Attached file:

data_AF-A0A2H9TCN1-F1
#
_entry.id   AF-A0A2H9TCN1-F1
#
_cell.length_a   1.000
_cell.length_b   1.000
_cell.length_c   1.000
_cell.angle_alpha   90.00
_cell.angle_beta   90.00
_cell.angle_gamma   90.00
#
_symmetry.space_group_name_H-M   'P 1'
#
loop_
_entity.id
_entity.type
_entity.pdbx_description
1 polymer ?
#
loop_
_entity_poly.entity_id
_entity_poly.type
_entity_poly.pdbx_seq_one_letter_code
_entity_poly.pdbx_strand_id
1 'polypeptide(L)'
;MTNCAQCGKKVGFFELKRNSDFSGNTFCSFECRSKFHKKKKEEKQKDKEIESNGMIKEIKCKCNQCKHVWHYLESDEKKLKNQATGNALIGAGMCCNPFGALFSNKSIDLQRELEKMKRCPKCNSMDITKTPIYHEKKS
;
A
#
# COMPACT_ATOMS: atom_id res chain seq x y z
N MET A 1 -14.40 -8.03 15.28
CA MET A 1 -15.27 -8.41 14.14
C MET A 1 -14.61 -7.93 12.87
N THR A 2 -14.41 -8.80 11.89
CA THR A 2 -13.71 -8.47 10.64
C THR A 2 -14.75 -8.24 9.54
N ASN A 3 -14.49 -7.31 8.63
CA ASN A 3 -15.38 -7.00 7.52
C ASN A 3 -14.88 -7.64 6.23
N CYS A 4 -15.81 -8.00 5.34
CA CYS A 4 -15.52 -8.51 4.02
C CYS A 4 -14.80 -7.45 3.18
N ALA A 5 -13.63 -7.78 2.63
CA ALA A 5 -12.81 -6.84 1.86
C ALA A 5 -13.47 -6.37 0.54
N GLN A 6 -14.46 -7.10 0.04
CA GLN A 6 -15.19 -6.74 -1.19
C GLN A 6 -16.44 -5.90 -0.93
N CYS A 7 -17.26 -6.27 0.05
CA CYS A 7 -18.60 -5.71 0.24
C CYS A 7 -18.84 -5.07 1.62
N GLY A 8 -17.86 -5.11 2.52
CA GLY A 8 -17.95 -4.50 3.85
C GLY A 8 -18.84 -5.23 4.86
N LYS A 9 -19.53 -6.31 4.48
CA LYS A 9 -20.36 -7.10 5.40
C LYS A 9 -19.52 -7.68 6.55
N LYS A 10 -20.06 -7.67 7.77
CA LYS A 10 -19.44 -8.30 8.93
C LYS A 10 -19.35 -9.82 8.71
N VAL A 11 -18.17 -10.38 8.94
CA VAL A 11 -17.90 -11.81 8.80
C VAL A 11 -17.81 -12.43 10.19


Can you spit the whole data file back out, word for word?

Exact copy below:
data_AF-A0A2H9TCN1-F1
#
_entry.id   AF-A0A2H9TCN1-F1
#
_cell.length_a   1.000
_cell.length_b   1.000
_cell.length_c   1.000
_cell.angle_alpha   90.00
_cell.angle_beta   90.00
_cell.angle_gamma   90.00
#
_symmetry.space_group_name_H-M   'P 1'
#
loop_
_entity.id
_entity.type
_entity.pdbx_description
1 polymer ?
#
loop_
_entity_poly.entity_id
_entity_poly.type
_entity_poly.pdbx_seq_one_letter_code
_entity_poly.pdbx_strand_id
1 'polypeptide(L)'
;MTNCAQCGKKVGFFELKRNSDFSGNTFCSFECRSKFHKKKKEEKQKDKEIESNGMIKEIKCKCNQCKHVWHYLESDEKKLKNQATGNALIGAGMCCNPFGALFSNKSIDLQRELEKMKRCPKCNSMDITKTPIYHEKKS
;
A
#
# COMPACT_ATOMS: atom_id res chain seq x y z
N MET A 1 -14.40 -8.03 15.28
CA MET A 1 -15.27 -8.41 14.14
C MET A 1 -14.61 -7.93 12.87
N THR A 2 -14.41 -8.80 11.89
CA THR A 2 -13.71 -8.47 10.64
C THR A 2 -14.75 -8.24 9.54
N ASN A 3 -14.49 -7.31 8.63
CA ASN A 3 -15.38 -7.00 7.52
C ASN A 3 -14.88 -7.64 6.23
N CYS A 4 -15.81 -8.00 5.34
CA CYS A 4 -15.52 -8.51 4.02
C CYS A 4 -14.80 -7.45 3.18
N ALA A 5 -13.63 -7.78 2.63
CA ALA A 5 -12.81 -6.84 1.86
C ALA A 5 -13.47 -6.37 0.54
N GLN A 6 -14.46 -7.10 0.04
CA GLN A 6 -15.19 -6.74 -1.19
C GLN A 6 -16.44 -5.90 -0.93
N CYS A 7 -17.26 -6.27 0.05
CA CYS A 7 -18.60 -5.71 0.24
C CYS A 7 -18.84 -5.07 1.62
N GLY A 8 -17.86 -5.11 2.52
CA GLY A 8 -17.95 -4.50 3.85
C GLY A 8 -18.84 -5.23 4.86
N LYS A 9 -19.53 -6.31 4.48
CA LYS A 9 -20.36 -7.10 5.40
C LYS A 9 -19.52 -7.68 6.55
N LYS A 10 -20.06 -7.67 7.77
CA LYS A 10 -19.44 -8.30 8.93
C LYS A 10 -19.35 -9.82 8.71
N VAL A 11 -18.17 -10.38 8.94
CA VAL A 11 -17.90 -11.81 8.80
C VAL A 11 -17.81 -12.43 10.19